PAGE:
More than 60 CFO affiliate presidents and board members attending today’s annual conference in Springfield were encouraged to think expansively about the leadership and resource development roles they can offer as anchors in their communities.
They shared stories of successful collaborations fostered through listening to their communities and convening the right people to accomplish shared goals. Greater Seymour Community Foundation founder and board member Ron Geidd recalled how the affiliate led a Seymour 2026 long-range planning process that uncovered a serious concern among residents that the frequently used train tracks through the center of town cut off access to the fire department when trains rolled through. That led to construction of a second fire station on the other side of the tracks to allay those fears.
A larger affiliate, the Joplin-based Community Foundation of Southwest Missouri, used a recent grant cycle for tornado recovery to encourage a number of groups to collaborate on one application to fund much-needed affordable housing, and that coalition received CFSWMO’s largest grant ever of $1.5 million.
CFO President Brian Fogle said it’s not easy work, nor does it promise quick results. But offering community foundations as “safe spaces” to convene multiple stakeholders on community issues will lead to more effective grantmaking, and produce stronger results to build new assets.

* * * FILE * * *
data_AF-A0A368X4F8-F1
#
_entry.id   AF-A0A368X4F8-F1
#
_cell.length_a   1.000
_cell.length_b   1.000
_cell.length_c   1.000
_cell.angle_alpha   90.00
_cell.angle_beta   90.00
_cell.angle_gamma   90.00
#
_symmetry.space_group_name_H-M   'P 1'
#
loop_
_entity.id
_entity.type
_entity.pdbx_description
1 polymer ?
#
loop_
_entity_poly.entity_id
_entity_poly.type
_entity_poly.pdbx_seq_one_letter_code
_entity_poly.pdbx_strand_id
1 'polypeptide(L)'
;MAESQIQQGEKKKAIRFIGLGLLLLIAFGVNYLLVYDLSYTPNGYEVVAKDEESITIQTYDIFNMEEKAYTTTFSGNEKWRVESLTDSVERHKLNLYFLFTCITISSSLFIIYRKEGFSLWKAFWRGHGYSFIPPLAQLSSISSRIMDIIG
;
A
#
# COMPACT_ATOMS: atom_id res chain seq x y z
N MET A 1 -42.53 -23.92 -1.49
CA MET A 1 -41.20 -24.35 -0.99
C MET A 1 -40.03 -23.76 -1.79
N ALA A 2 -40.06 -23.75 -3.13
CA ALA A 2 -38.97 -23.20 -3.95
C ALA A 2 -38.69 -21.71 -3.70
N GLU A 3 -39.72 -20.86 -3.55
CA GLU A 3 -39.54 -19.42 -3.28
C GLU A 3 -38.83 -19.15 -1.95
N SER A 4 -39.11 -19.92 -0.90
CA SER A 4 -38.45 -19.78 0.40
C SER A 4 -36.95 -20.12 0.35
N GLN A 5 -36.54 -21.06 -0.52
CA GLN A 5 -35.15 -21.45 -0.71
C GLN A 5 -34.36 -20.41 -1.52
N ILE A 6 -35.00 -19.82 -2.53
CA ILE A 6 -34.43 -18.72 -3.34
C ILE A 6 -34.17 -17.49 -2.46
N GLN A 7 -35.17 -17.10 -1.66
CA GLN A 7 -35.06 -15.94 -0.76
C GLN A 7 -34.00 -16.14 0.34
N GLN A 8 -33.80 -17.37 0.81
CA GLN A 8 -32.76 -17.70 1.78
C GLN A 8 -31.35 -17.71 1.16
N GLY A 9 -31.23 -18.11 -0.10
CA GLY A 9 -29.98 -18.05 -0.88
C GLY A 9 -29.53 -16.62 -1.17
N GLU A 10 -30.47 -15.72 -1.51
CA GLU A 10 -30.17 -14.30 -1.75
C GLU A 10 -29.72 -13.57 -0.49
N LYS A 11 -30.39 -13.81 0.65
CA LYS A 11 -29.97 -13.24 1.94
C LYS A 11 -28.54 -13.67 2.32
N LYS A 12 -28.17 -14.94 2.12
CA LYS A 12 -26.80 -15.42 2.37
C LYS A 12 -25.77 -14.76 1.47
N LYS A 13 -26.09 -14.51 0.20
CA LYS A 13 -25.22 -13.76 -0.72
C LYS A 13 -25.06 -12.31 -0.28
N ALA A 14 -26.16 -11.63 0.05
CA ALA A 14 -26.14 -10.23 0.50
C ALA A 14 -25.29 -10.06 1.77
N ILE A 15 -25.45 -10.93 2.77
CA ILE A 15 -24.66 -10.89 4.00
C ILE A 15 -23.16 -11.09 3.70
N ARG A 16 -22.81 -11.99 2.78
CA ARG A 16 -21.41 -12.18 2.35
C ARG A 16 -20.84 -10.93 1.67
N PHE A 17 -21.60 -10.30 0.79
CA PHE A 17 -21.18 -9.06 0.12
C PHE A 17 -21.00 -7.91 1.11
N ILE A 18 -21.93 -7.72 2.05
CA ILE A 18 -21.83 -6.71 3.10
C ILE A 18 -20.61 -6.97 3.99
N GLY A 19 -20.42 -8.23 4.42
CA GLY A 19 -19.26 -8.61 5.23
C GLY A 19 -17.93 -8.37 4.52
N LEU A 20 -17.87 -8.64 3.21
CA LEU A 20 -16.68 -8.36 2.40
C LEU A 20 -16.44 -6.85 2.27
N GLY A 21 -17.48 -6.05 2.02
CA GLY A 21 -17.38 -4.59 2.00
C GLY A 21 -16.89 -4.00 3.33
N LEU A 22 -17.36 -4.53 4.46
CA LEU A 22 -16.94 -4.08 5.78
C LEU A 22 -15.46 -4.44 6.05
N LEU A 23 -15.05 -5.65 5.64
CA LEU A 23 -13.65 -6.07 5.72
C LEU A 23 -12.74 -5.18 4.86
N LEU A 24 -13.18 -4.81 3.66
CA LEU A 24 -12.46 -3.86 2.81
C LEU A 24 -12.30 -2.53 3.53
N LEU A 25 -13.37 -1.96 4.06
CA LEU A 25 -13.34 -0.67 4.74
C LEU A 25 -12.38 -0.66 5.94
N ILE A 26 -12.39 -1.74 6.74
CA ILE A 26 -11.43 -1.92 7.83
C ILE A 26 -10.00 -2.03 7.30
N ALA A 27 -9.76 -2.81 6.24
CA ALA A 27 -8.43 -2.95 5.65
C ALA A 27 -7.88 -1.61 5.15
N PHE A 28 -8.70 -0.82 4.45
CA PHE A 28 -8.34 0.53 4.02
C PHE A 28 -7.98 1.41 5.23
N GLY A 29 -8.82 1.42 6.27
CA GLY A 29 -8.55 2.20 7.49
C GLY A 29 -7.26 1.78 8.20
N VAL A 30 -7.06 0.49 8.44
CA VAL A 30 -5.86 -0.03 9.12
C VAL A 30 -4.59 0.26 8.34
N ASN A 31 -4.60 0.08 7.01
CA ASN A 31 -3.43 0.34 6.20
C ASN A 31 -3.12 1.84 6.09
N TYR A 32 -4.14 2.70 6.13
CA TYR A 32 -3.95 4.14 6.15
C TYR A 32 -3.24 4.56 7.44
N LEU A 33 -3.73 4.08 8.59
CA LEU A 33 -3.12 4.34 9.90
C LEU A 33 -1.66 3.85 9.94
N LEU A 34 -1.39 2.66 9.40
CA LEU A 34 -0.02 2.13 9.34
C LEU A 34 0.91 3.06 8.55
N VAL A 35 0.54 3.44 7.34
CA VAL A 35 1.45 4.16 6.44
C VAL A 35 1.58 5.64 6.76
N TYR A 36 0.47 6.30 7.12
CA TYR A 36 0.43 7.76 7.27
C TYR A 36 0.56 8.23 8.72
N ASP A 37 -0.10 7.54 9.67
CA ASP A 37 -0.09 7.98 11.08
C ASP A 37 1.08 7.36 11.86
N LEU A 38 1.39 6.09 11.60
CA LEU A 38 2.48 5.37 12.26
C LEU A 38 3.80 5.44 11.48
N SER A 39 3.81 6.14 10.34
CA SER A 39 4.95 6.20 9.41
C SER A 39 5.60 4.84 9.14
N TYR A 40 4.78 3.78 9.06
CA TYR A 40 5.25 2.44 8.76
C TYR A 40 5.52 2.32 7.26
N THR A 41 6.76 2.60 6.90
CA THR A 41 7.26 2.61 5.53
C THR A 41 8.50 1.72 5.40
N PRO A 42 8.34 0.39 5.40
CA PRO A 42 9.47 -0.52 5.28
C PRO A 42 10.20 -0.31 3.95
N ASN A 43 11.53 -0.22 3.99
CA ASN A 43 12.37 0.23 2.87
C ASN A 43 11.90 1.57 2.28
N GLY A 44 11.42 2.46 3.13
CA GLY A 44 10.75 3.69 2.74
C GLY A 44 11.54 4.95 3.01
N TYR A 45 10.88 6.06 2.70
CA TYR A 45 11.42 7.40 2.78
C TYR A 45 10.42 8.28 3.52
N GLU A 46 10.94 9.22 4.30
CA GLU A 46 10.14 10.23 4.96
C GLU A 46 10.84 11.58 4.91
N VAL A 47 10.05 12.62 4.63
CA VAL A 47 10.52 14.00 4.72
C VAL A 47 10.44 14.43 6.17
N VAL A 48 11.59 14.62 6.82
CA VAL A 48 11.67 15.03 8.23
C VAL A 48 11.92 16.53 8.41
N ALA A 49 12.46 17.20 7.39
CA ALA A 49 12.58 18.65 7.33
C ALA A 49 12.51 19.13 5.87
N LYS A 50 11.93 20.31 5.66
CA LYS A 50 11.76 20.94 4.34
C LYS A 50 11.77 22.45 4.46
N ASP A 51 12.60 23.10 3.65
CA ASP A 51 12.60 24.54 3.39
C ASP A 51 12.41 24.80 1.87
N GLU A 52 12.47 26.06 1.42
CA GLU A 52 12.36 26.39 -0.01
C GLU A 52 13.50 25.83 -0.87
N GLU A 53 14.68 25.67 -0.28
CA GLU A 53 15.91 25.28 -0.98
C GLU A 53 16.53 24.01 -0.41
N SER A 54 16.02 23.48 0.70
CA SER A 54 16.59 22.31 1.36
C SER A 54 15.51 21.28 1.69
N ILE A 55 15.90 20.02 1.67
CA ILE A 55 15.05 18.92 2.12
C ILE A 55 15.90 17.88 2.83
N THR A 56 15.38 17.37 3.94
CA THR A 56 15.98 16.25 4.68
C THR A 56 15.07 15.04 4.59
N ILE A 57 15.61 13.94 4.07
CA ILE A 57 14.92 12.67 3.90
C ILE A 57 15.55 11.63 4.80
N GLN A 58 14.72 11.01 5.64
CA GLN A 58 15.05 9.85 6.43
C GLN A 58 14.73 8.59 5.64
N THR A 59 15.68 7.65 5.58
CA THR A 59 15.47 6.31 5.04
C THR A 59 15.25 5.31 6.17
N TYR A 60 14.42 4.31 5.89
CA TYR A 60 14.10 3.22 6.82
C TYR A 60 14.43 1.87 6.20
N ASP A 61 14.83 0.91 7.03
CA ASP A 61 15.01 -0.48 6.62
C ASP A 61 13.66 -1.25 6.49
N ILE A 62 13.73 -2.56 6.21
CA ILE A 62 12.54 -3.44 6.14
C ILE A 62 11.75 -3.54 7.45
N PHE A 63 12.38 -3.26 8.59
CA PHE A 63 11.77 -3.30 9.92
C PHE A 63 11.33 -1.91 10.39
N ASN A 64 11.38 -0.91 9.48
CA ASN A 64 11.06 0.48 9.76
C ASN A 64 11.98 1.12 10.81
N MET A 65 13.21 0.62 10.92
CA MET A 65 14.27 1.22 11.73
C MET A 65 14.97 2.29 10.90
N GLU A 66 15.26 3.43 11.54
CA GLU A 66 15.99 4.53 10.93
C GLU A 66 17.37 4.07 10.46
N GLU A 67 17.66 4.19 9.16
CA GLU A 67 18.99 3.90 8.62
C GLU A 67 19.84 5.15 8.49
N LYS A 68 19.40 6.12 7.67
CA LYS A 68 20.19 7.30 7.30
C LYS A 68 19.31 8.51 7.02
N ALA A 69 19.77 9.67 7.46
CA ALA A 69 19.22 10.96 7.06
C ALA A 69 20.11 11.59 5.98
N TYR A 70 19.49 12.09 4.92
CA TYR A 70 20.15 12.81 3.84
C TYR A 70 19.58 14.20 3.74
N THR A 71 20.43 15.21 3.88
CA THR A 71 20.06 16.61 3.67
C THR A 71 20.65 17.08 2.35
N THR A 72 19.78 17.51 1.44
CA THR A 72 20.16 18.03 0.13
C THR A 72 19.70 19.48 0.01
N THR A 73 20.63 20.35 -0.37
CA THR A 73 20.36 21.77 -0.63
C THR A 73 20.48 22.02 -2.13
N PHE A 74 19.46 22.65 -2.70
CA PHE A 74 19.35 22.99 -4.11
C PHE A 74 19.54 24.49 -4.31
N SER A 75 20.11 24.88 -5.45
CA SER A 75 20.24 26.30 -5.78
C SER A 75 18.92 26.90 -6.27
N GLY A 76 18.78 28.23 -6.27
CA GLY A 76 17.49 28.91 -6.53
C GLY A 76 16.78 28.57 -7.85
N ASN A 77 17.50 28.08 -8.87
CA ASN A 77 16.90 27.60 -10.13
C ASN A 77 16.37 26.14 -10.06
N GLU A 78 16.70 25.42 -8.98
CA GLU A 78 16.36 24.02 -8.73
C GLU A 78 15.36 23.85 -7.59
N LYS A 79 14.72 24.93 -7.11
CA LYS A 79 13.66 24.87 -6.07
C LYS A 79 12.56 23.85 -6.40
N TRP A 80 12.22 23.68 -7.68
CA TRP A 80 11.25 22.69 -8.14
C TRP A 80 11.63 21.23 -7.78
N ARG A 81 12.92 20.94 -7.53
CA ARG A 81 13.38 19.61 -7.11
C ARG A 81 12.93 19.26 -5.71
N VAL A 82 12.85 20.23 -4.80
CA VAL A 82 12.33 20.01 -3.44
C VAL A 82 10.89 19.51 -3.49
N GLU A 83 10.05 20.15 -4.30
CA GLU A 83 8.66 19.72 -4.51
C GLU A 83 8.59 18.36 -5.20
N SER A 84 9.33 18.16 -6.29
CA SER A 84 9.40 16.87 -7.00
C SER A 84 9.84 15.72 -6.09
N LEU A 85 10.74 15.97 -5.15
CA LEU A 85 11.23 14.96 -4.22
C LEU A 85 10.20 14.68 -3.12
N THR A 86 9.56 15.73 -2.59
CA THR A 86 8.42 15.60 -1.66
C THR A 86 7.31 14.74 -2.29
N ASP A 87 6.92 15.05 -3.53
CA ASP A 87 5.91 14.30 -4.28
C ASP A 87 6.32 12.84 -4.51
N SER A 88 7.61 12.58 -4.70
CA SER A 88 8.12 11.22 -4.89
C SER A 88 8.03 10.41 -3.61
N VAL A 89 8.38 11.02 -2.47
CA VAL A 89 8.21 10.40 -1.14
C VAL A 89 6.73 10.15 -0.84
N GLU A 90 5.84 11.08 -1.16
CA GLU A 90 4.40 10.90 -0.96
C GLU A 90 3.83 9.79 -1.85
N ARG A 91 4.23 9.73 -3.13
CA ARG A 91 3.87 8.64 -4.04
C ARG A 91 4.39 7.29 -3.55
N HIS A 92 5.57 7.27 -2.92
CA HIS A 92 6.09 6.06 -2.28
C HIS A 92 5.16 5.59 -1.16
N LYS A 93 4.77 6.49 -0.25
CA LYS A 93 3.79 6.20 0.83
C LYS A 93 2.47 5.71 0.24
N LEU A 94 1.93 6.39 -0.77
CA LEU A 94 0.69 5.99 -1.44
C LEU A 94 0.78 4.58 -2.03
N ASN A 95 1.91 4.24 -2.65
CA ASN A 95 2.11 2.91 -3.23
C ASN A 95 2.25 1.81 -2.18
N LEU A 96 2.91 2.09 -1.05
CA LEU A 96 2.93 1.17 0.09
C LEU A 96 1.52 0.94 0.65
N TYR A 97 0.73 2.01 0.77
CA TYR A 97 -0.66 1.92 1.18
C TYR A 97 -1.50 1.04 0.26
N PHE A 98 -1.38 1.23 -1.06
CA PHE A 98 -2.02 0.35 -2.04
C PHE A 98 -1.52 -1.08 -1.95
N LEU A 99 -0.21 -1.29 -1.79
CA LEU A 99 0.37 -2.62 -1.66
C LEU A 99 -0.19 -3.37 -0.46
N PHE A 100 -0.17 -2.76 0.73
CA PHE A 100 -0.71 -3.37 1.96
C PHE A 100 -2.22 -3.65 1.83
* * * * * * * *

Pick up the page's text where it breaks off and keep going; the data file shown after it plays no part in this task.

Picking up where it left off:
The conference also focused on partnerships between affiliate and school foundations because of the role schools play in anchoring rural communities. After showing a recent video about successful school foundation building, Rural Schools Coordinator Julie Leeth encouraged affiliates to link with, or help build, school foundations.
A panel of professional advisers and donors offered insights on how affiliate boards can build relationships with attorneys and financial planners in their own communities to explain to potential donors how a community foundation might help them achieve their charitable goals.
CFO Board member Jami S. Peebles, executive vice president and southern regional manager for Central Trust and Investment, described one client who sold a family business and wanted to put some of the proceeds into charitable giving, but wasn’t sure what charities to support. She recommended a Donor-Advised Fund at CFO that would give the clients the immediate tax advantage, while allowing them to research and choose their contributions on their own timetable.
She also introduced Marvin and Peggy Johnson, a retired couple from Camdenton who opened a Donor-Advised Fund through the Community Foundation of the Lake. Marvin Johnson said he saw three advantages in the Donor-Advised Fund: Taking the tax deduction; choosing a variety of non-profits to support for the Camdenton area’s betterment; and combining their funds in a larger pool.
“By combining our donations with a lot of others, I think you can have a much bigger effect,” he said.
New Benton County Community Foundation board member Lisa Farwig said she enjoyed her first conference to learn more information from both CFO staff and other affiliate volunteers.
“To come down here and really hear your stories, I have so many ideas now,” she said.
Added Carthage Community Foundation and CFO board veteran Bill Lee: “For those of us who’ve been around awhile, it’s a good battery re-charger.”